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  • Marilyn Saltzman

Puppy love and lessons

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“TWO PUPPIES? I thought Togo was your last dog,” my friend Jan texted after I sent her a photo.

Indeed, for years Irv said Togo would be the last one. But as Togo aged, we reconsidered. Maybe another dog to keep Togo company?

Our friend Christy was fostering two mixed breed Australian Shepherd puppies from the Intermountain Humane Society and invited us over to meet them.

After about two minutes as one puppy cuddled against Irv’s leg, he said, “I want them both.”

“Can I think about it?” I replied.

Ten minutes later, “Well, what do you think?”

“I think I need more time to think.”  But after watching the puppies frolic together for a while longer, I too was convinced that the two adorable sisters shouldn’t be separated. So we took them both!

The grandkids named them Lix and Lila, and they immediately became part of our family. We laughed out loud as we watched them play tug of war with a rope toy or snuggle against each other on a deck chair. And they began teaching me lessons about envy.

It started when our wonderful friend and fellow congregant Joanne Greenberg gave a talk about envy at Rosh Hashanah. She cited an experiment where two monkeys were given a slice of cucumber for a reward each time they completed a task. Both were happy until the day when one monkey got a cucumber and the other a grape. The cucumber-fed monkey got so angry that she threw her cucumber slice at the experimenter.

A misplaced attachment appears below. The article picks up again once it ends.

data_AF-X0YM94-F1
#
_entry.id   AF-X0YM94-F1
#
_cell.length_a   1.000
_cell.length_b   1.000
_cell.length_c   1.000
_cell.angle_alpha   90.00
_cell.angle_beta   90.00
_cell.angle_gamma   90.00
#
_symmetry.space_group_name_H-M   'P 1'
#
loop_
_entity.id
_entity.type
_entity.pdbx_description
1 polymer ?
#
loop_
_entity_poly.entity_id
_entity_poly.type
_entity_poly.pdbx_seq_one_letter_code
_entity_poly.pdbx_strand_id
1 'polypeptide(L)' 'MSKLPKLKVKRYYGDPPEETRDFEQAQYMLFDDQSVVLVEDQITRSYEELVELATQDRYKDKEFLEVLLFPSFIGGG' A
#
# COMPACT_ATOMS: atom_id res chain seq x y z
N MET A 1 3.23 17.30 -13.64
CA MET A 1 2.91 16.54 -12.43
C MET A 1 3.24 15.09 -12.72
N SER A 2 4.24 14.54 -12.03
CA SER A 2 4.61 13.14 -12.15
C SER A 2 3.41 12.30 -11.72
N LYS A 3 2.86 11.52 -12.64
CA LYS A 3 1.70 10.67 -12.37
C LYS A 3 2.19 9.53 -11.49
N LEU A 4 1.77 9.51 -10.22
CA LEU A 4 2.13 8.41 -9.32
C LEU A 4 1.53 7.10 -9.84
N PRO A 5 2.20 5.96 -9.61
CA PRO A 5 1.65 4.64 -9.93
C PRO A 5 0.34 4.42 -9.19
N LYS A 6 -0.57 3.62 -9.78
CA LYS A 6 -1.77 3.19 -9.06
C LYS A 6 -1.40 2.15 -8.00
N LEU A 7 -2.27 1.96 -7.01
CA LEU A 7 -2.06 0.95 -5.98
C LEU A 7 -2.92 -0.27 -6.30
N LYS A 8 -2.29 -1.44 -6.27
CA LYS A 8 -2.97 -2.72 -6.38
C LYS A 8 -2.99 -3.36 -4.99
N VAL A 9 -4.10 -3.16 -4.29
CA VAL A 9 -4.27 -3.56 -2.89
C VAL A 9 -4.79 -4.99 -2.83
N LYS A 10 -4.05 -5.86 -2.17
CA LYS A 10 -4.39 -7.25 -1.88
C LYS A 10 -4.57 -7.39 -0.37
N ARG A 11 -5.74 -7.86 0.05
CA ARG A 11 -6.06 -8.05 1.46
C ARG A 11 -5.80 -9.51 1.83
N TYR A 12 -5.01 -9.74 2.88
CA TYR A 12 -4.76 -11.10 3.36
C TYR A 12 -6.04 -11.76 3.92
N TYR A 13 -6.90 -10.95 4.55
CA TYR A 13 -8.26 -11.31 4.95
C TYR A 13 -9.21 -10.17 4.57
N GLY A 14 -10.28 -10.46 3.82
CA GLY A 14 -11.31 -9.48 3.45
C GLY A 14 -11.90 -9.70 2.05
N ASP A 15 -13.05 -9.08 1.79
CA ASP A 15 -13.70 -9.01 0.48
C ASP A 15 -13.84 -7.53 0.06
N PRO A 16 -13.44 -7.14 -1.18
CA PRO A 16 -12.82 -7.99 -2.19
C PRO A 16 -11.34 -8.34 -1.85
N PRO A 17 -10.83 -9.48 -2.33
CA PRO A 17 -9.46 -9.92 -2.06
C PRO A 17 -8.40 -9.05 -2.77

Then I began watching our puppies eat. Each one has a bowl clearly marked with her name. (Yes, I know they’re very smart, but they can’t read.)  Each puppy gets three meals a day – the same allotment of puppy food mixed with carrots or sweet potatoes and rice. The vet suggested we give them 10 minutes to eat each meal and fill their bowls as much as they want. So we did; the food was plentiful. And yet we noticed a pattern.

Lila started out at her bowl; Lix at hers. After about two minutes, Lix moved over to Lila’s bowl to make sure that the food wasn’t better on the other side of the deck. Lila circled over to Lix’s bowl. The ring dance continued for the entire feeding period with each puppy eating from the other’s bowl, then returning to her own.

It made me wonder: Is envy a natural instinct of all living creatures? Were the puppies demonstrating envy or just curiosity? Were they concerned about getting equal portions of sweet potato or just checking out the other bowl? While I can’t be sure of their reasoning, it made me consider envy in my own life ­– comparing myself to the friend with the bigger house, the neighbor with the newer car or the tall, thin colleague. My self-talk finds me lacking: If I could only be as good a writer as X, as strong a leader as Y, as convincing a speaker as Z. Yet I have learned that envy doesn’t serve me well because it fosters competition rather than collaboration, dissatisfaction rather than gratitude.

While the puppies and monkeys may react instinctually, I don’t have to. I can choose to stop looking at the possessions or accomplishments of others through the lens of envy. While the puppies may not yet comprehend that they are blessed with enough, I can.

Working on envy, I decided after watching Lix and Lila, would be a valuable Mussar practice. So I Googled Mussar and envy, and discovered counsel on the blog of Greg Marcus, founder of American Mussar.  “All is as it should be, and we are ok just as we are,” he writes.

Yup, a 2,000-square-foot house, a ten-year-old car and a five-foot frame are just right for me.

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